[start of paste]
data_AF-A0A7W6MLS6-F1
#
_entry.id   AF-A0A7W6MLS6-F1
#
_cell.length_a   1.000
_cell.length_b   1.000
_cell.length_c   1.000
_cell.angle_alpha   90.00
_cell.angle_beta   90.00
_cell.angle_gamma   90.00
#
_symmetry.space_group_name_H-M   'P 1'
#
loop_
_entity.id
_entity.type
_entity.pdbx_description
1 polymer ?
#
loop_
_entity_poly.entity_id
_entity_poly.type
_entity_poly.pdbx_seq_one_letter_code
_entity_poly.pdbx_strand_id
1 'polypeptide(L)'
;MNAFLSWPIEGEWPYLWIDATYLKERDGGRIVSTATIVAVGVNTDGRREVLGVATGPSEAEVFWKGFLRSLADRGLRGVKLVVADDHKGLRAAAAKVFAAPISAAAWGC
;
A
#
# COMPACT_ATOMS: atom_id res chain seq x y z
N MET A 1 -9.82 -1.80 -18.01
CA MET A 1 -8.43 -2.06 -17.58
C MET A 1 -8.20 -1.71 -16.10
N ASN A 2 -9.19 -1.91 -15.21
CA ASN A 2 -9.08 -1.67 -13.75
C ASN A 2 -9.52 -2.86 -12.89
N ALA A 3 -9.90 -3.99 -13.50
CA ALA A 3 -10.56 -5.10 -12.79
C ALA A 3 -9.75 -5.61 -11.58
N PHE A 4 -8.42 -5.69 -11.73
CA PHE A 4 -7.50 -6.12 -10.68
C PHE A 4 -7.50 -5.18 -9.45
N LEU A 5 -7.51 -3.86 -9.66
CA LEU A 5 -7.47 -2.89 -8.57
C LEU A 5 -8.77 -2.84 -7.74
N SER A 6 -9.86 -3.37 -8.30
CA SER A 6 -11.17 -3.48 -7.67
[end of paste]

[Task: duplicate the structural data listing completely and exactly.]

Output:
data_AF-A0A7W6MLS6-F1
#
_entry.id   AF-A0A7W6MLS6-F1
#
_cell.length_a   1.000
_cell.length_b   1.000
_cell.length_c   1.000
_cell.angle_alpha   90.00
_cell.angle_beta   90.00
_cell.angle_gamma   90.00
#
_symmetry.space_group_name_H-M   'P 1'
#
loop_
_entity.id
_entity.type
_entity.pdbx_description
1 polymer ?
#
loop_
_entity_poly.entity_id
_entity_poly.type
_entity_poly.pdbx_seq_one_letter_code
_entity_poly.pdbx_strand_id
1 'polypeptide(L)'
;MNAFLSWPIEGEWPYLWIDATYLKERDGGRIVSTATIVAVGVNTDGRREVLGVATGPSEAEVFWKGFLRSLADRGLRGVKLVVADDHKGLRAAAAKVFAAPISAAAWGC
;
A
#
# COMPACT_ATOMS: atom_id res chain seq x y z
N MET A 1 -9.82 -1.80 -18.01
CA MET A 1 -8.43 -2.06 -17.58
C MET A 1 -8.20 -1.71 -16.10
N ASN A 2 -9.19 -1.91 -15.21
CA ASN A 2 -9.08 -1.67 -13.75
C ASN A 2 -9.52 -2.86 -12.89
N ALA A 3 -9.90 -3.99 -13.50
CA ALA A 3 -10.56 -5.10 -12.79
C ALA A 3 -9.75 -5.61 -11.58
N PHE A 4 -8.42 -5.69 -11.73
CA PHE A 4 -7.50 -6.12 -10.68
C PHE A 4 -7.50 -5.18 -9.45
N LEU A 5 -7.51 -3.86 -9.66
CA LEU A 5 -7.47 -2.89 -8.57
C LEU A 5 -8.77 -2.84 -7.74
N SER A 6 -9.86 -3.37 -8.30
CA SER A 6 -11.17 -3.48 -7.67